V=50/2/sqrt(2) = 17.7V.
    Xc = 1/(2 pi f C) = 1/(2 pi 1e8 1e-9) = 1/(0.2 pi) = 1.6 ohms
    P=V^2/R = 17.7^2 / 1.6 = 200W.

    What kind of "waves" are you talking about? If you're talking about physical motion, the only things that have low enough mass for you to move them any significant distance at 100 MHz will be electrons, I think!
     
  9. richie

    richie

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    Sep 4, 2012
    Yeah, i'm using lithium niobate, used for generating surface acoustic waves.
    i have that side of things all sorted. it's just the power source side that i want to make portable and battery operated, and i know that ~1W at 100MHz is heaps for my purposes :)
     
    Last edited: Sep 5, 2012
  10. KrisBlueNZ

    KrisBlueNZ Sadly passed away in 2015

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    OK, I'm way out of my depth talking about lithium niobate.

    Are you serious about making things physically vibrate at 100 MHz?

    I think if you only want 1W dissipation, you'll have to reduce the voltage a lot. Do you have a figure for the capacitance between the electrodes? I assume you will be attaching electrodes to a piece of this stuff?

    You should be able to calculate the voltage you'll need using the formulas in my previous post. Once you know the capacitance, you can calculate the reactance at your desired frequency, and from that, and the power dissipation you want, you can calculate the voltage you will need.

    I would imagine a radio transmitter might be a good place to start. It's not too hard to generate 1W at 100 MHz at a relatively low voltage. Do a google search.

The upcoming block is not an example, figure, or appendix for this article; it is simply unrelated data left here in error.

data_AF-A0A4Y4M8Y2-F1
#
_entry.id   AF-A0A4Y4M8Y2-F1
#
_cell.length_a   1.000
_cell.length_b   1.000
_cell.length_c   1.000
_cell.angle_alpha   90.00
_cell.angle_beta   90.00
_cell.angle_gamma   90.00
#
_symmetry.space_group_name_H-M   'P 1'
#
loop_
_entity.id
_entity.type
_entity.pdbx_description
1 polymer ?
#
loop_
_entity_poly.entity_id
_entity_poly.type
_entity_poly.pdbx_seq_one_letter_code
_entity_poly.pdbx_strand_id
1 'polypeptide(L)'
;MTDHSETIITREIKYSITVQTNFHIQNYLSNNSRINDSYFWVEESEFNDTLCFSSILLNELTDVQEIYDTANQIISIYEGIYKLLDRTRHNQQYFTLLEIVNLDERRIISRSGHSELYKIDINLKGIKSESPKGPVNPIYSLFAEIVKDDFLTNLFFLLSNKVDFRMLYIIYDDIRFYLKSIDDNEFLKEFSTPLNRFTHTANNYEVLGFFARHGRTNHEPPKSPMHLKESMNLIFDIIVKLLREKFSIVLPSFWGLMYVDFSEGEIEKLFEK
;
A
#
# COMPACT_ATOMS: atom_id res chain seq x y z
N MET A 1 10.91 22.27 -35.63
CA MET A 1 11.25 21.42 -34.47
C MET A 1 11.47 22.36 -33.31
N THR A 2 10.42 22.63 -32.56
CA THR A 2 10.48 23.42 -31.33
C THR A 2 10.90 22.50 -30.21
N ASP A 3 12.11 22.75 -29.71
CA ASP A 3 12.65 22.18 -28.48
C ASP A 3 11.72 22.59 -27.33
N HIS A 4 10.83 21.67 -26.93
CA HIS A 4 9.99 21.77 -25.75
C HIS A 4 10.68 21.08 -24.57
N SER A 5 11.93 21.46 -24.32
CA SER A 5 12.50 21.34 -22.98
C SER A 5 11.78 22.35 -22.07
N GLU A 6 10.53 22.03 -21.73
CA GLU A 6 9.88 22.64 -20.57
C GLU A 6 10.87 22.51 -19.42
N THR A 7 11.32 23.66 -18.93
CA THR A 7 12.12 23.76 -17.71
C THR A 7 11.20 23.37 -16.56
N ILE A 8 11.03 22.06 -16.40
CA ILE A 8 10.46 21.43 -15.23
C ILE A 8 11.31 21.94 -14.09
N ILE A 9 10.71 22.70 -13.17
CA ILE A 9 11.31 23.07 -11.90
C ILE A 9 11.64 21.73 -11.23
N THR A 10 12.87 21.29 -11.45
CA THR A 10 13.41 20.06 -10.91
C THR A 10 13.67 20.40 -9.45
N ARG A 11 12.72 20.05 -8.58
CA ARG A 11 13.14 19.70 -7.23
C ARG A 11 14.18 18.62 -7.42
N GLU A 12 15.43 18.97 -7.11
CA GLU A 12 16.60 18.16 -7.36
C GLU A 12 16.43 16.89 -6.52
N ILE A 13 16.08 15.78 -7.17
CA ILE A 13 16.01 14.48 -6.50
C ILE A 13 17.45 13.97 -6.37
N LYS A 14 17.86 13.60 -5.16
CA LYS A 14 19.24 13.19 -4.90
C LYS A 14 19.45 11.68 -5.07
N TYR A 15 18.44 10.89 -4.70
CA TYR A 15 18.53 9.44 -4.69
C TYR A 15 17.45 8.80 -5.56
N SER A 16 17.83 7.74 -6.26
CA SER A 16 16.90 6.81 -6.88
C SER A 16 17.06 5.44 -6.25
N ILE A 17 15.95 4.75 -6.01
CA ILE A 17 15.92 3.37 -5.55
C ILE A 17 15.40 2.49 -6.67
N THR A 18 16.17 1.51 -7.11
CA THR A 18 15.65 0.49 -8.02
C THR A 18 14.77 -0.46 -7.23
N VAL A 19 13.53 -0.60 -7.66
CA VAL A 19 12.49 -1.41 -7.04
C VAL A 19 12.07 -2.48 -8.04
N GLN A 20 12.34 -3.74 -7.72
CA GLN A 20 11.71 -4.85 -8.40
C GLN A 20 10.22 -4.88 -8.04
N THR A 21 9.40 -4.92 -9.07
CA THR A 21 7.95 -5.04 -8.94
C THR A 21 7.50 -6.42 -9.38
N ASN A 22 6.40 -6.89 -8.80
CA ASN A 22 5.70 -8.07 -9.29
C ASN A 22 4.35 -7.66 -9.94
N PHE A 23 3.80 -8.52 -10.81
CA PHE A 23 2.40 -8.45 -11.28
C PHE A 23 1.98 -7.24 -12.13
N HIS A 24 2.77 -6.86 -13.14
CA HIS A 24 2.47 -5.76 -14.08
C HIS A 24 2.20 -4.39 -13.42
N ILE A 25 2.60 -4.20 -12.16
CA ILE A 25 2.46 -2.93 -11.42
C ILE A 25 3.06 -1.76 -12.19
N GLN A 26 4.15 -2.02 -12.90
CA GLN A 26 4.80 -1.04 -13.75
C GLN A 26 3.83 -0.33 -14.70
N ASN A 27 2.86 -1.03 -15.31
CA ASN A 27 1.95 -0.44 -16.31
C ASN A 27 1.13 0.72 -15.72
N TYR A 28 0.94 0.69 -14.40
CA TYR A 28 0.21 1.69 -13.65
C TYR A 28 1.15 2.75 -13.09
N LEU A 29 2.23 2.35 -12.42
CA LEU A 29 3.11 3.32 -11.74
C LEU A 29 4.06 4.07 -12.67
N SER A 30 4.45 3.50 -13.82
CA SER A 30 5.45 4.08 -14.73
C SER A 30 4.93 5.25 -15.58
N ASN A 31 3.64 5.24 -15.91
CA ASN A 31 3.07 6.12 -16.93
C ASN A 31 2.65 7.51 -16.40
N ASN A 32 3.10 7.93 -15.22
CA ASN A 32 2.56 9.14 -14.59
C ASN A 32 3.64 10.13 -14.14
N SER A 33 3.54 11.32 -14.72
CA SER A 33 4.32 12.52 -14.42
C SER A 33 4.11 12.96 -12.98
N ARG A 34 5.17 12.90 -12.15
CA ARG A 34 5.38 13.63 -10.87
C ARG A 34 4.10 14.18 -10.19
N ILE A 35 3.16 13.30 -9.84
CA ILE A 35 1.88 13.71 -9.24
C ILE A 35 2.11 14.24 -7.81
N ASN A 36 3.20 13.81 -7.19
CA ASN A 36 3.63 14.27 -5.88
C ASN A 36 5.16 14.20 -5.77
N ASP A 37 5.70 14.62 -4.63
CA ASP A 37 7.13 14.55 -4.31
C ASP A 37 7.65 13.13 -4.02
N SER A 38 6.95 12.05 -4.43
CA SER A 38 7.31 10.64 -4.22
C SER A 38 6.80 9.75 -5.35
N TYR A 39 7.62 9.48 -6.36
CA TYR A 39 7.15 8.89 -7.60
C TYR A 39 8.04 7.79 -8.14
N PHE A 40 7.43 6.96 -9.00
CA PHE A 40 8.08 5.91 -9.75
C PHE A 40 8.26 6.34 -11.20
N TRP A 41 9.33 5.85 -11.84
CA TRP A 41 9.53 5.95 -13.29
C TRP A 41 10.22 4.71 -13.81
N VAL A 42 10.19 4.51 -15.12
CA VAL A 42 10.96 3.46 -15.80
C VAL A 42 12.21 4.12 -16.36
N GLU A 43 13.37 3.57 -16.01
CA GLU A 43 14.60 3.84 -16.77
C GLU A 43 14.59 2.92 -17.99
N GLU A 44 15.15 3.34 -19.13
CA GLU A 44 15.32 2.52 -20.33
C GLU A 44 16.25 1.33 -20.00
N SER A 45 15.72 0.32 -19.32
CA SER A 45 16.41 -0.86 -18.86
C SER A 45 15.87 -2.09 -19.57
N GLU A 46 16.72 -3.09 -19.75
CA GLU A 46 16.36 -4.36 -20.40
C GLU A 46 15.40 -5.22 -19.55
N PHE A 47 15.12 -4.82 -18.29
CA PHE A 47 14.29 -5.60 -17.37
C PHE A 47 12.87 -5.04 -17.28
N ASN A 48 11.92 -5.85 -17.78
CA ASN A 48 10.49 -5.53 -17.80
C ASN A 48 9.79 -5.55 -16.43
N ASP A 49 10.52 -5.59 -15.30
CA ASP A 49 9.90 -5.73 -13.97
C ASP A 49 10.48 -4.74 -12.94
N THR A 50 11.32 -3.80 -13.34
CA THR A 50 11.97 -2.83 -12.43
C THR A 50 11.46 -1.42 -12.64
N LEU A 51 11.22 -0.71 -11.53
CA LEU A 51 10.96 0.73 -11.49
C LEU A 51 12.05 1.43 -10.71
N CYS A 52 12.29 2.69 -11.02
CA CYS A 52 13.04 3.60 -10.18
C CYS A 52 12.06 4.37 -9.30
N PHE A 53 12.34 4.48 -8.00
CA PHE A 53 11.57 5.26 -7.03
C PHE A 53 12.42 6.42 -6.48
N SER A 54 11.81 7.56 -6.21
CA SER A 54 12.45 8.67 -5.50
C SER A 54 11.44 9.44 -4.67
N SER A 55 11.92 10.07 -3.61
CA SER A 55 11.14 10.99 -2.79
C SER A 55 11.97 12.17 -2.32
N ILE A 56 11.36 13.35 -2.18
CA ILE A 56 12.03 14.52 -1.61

11. richie

    richie

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    Sep 4, 2012
    Heh yeah. With LN it's not so hard to wake waves which, while small, have huge huge accelerations (millions of g's) for use with fluids etc..

    i've had a look at the transmittors, the ones i've found are all quite large and probably overkill. i was hoping more to build a small simple circuit to put a battery in, and generate the waves. basically just something to take the DC -> AC, and amplify a little.
     
  12. KrisBlueNZ

    KrisBlueNZ Sadly passed away in 2015

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    Nov 28, 2011
    Describing what you want using simple terms doesn't magically make it simpler to make! When you're dealing with high frequencies and significant power, simple electronic design principles don't apply, and special techniques are needed to make something that will actually work.

    I'm not sure what size you're hoping for, but I think a radio transmitter rated for the amount of power you need is probably your best starting point, at least, for finding something that will work for your application. This project is way outside my experience, so that's all I can say.